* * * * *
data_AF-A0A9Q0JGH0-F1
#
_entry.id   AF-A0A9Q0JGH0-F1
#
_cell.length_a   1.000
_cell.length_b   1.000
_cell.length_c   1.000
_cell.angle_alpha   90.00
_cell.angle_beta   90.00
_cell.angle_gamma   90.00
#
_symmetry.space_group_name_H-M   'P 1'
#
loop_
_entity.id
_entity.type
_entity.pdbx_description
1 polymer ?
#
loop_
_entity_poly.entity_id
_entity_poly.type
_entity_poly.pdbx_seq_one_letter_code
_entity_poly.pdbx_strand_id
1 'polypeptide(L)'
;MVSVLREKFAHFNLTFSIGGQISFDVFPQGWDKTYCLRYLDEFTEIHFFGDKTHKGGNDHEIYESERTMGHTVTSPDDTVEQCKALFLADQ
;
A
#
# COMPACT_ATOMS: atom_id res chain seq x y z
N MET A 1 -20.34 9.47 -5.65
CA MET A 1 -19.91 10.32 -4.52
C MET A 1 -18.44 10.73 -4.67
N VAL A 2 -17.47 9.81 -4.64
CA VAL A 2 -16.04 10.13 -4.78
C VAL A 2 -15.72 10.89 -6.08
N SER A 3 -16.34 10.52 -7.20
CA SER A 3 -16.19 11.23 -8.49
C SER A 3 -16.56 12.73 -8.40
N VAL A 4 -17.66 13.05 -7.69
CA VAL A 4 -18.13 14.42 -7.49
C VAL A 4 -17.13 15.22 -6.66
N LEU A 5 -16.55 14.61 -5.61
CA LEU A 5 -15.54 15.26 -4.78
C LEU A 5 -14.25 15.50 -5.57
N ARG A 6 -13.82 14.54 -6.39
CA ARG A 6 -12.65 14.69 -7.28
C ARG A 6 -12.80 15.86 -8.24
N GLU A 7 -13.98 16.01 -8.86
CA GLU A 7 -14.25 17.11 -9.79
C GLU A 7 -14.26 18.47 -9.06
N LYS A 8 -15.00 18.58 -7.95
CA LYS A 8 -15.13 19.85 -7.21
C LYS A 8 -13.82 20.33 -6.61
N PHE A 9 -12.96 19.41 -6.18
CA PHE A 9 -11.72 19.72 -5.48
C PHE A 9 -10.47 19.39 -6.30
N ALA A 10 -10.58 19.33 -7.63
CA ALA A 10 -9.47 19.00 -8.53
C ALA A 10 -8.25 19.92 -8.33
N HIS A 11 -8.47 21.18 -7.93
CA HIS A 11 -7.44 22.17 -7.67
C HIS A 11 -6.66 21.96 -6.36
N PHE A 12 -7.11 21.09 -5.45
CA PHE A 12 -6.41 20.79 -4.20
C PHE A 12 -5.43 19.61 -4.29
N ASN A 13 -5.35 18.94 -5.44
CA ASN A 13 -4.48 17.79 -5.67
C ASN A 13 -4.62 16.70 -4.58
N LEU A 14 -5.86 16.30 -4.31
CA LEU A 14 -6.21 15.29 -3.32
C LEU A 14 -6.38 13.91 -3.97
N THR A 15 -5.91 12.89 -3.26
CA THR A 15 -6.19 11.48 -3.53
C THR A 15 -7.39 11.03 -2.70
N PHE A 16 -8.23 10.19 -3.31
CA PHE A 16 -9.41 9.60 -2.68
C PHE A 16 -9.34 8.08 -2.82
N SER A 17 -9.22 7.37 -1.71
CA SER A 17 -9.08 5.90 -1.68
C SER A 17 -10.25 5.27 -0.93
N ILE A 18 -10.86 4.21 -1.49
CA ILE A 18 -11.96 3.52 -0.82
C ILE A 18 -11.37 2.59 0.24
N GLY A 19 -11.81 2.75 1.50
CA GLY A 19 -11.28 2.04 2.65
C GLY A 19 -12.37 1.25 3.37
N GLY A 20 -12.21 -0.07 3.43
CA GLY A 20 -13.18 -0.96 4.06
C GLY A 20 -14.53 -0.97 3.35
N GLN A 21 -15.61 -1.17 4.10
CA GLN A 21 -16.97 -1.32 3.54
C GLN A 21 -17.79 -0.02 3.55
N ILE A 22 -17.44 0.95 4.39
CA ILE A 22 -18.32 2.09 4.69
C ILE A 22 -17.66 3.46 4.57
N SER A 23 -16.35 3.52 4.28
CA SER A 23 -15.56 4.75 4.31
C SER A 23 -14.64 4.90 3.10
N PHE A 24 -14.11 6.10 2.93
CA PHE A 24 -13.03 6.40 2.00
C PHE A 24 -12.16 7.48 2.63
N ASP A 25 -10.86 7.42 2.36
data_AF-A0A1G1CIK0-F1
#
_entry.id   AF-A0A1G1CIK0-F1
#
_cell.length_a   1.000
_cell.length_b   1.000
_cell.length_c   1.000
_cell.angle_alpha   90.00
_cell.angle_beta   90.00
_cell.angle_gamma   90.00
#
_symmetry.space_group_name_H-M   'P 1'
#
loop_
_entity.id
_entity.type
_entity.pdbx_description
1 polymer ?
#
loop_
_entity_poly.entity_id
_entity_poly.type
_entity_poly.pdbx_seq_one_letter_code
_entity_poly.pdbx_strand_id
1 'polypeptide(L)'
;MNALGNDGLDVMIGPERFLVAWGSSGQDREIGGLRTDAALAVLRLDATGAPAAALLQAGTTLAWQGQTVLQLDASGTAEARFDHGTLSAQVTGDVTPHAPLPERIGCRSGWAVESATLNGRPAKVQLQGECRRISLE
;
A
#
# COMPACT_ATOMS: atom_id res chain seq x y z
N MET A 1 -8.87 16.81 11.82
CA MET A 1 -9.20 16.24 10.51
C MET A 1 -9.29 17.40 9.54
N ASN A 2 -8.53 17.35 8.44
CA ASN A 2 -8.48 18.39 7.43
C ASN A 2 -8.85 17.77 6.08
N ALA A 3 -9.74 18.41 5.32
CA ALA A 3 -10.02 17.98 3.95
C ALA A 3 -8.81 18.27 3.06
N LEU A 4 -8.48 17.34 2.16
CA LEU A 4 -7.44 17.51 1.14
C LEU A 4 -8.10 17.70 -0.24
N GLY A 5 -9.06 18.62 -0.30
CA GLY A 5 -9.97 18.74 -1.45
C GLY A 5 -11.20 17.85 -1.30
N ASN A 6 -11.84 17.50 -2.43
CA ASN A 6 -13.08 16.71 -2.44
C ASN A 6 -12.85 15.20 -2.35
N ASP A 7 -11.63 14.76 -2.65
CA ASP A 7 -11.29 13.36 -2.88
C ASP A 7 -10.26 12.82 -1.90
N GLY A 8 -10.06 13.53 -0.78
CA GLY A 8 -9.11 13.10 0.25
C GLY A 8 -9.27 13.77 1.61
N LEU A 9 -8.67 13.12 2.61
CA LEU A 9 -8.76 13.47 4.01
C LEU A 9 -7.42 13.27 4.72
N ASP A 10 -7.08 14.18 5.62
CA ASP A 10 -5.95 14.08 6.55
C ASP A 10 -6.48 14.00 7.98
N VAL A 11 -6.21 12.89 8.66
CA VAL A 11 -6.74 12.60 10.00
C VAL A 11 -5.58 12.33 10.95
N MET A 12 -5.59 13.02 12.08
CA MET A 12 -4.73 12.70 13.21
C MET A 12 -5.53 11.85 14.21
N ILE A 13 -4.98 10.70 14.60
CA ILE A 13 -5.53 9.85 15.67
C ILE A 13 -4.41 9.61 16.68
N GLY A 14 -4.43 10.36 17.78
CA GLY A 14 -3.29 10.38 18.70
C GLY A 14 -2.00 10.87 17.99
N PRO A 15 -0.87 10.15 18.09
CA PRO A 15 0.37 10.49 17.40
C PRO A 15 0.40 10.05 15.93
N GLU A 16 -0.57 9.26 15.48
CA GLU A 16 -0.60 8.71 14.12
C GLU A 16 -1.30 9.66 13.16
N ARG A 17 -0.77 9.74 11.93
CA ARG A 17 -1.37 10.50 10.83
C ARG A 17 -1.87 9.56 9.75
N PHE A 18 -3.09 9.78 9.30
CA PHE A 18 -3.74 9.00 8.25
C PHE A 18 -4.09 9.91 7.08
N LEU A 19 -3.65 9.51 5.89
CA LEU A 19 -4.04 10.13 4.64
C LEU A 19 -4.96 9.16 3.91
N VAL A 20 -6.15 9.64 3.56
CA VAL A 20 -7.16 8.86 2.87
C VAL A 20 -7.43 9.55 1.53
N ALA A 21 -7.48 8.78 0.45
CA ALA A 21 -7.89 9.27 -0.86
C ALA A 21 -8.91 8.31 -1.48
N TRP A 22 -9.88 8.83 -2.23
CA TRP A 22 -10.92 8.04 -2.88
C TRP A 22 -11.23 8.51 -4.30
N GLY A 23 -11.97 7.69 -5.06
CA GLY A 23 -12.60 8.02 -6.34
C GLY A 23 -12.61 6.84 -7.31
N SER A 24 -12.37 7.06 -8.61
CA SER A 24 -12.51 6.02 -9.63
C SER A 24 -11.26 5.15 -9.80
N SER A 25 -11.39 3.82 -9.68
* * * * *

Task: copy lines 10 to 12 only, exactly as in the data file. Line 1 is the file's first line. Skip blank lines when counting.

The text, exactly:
_cell.angle_gamma   90.00
#
_symmetry.space_group_name_H-M   'P 1'